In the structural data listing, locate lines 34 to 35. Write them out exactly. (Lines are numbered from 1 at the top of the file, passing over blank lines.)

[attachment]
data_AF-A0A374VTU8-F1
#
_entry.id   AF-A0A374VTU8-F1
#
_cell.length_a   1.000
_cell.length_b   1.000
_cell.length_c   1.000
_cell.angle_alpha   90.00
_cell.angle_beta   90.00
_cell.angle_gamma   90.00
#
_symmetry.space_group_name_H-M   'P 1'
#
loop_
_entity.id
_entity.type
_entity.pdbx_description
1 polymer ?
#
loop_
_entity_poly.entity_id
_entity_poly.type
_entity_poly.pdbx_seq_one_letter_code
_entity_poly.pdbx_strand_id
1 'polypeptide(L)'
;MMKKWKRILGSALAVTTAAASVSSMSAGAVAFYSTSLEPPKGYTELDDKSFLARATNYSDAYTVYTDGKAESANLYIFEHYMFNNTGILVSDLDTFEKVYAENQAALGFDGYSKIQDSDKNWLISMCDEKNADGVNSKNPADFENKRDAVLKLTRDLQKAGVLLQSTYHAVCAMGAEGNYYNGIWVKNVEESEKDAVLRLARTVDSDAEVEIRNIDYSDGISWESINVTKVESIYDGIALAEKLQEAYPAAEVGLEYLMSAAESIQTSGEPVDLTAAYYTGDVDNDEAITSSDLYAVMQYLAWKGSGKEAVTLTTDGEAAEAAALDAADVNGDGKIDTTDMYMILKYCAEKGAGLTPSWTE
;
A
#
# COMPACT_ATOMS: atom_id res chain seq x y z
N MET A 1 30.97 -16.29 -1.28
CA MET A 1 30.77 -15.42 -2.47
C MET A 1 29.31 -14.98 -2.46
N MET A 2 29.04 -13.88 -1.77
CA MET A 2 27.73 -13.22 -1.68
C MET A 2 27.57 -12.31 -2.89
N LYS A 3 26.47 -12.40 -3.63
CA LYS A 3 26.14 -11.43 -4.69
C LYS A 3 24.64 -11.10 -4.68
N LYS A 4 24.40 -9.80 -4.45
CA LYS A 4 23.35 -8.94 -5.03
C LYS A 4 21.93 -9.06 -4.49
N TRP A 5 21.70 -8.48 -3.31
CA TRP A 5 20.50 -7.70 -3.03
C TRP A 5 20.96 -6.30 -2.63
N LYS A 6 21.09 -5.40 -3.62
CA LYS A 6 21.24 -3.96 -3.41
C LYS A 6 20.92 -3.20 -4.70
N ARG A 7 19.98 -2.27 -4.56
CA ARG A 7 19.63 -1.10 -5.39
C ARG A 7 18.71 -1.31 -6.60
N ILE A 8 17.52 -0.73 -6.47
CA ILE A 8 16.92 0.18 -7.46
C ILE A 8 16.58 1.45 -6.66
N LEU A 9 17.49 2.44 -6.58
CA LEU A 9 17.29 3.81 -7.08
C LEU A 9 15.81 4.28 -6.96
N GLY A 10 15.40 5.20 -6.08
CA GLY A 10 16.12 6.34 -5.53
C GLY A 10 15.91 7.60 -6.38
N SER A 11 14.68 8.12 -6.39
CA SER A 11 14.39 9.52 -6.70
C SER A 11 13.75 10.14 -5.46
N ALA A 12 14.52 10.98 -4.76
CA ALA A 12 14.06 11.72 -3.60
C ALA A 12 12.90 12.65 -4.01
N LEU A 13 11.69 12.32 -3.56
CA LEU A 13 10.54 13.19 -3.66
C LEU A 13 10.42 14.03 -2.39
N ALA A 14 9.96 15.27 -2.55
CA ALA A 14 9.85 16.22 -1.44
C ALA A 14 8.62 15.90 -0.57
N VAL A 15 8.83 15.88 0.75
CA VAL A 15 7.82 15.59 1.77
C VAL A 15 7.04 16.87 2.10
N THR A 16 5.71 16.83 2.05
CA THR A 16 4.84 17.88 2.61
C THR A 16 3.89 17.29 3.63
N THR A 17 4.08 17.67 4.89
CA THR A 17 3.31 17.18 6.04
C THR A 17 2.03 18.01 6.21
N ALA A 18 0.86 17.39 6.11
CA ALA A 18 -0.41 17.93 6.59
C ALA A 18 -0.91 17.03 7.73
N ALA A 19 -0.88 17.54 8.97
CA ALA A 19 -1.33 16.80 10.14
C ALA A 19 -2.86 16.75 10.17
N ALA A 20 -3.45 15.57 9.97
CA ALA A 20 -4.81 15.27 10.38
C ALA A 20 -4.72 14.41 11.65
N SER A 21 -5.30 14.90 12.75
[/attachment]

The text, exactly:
N MET A 2 29.04 -13.88 -1.77
CA MET A 2 27.73 -13.22 -1.68